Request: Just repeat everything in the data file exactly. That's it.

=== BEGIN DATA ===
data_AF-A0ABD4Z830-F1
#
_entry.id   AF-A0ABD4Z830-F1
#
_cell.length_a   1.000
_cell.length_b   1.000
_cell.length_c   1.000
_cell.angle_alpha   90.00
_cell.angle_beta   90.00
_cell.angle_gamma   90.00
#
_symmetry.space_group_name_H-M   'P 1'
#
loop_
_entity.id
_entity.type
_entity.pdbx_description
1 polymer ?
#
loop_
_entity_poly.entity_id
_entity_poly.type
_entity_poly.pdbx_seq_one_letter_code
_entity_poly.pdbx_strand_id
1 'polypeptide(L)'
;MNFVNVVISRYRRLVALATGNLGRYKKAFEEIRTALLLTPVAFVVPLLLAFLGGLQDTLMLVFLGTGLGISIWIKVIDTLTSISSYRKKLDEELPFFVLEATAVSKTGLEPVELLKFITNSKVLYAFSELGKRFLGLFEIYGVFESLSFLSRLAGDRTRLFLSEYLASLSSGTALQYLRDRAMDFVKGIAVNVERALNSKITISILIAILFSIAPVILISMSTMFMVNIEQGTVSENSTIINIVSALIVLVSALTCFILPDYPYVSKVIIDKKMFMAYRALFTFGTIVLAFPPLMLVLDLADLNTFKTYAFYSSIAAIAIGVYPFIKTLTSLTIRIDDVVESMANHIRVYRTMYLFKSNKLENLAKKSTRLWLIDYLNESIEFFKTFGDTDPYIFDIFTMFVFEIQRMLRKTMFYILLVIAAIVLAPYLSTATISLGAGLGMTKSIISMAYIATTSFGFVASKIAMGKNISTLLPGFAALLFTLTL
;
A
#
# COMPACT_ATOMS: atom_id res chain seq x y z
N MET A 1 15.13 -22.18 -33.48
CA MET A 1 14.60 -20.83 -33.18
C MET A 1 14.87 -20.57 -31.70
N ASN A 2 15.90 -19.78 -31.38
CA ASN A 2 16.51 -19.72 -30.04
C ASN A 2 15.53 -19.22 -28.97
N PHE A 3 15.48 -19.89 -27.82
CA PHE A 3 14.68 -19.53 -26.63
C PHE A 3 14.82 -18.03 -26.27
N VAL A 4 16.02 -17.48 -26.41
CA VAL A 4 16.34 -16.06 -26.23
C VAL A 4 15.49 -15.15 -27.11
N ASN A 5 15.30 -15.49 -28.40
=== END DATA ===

data_AF-A0ABD4Z830-F1
#
_entry.id   AF-A0ABD4Z830-F1
#
_cell.length_a   1.000
_cell.length_b   1.000
_cell.length_c   1.000
_cell.angle_alpha   90.00
_cell.angle_beta   90.00
_cell.angle_gamma   90.00
#
_symmetry.space_group_name_H-M   'P 1'
#
loop_
_entity.id
_entity.type
_entity.pdbx_description
1 polymer ?
#
loop_
_entity_poly.entity_id
_entity_poly.type
_entity_poly.pdbx_seq_one_letter_code
_entity_poly.pdbx_strand_id
1 'polypeptide(L)'
;MNFVNVVISRYRRLVALATGNLGRYKKAFEEIRTALLLTPVAFVVPLLLAFLGGLQDTLMLVFLGTGLGISIWIKVIDTLTSISSYRKKLDEELPFFVLEATAVSKTGLEPVELLKFITNSKVLYAFSELGKRFLGLFEIYGVFESLSFLSRLAGDRTRLFLSEYLASLSSGTALQYLRDRAMDFVKGIAVNVERALNSKITISILIAILFSIAPVILISMSTMFMVNIEQGTVSENSTIINIVSALIVLVSALTCFILPDYPYVSKVIIDKKMFMAYRALFTFGTIVLAFPPLMLVLDLADLNTFKTYAFYSSIAAIAIGVYPFIKTLTSLTIRIDDVVESMANHIRVYRTMYLFKSNKLENLAKKSTRLWLIDYLNESIEFFKTFGDTDPYIFDIFTMFVFEIQRMLRKTMFYILLVIAAIVLAPYLSTATISLGAGLGMTKSIISMAYIATTSFGFVASKIAMGKNISTLLPGFAALLFTLTL
;
A
#
# COMPACT_ATOMS: atom_id res chain seq x y z
N MET A 1 15.13 -22.18 -33.48
CA MET A 1 14.60 -20.83 -33.18
C MET A 1 14.87 -20.57 -31.70
N ASN A 2 15.90 -19.78 -31.38
CA ASN A 2 16.51 -19.72 -30.04
C ASN A 2 15.53 -19.22 -28.97
N PHE A 3 15.48 -19.89 -27.82
CA PHE A 3 14.68 -19.53 -26.63
C PHE A 3 14.82 -18.03 -26.27
N VAL A 4 16.02 -17.48 -26.41
CA VAL A 4 16.34 -16.06 -26.23
C VAL A 4 15.49 -15.15 -27.11
N ASN A 5 15.30 -15.49 -28.40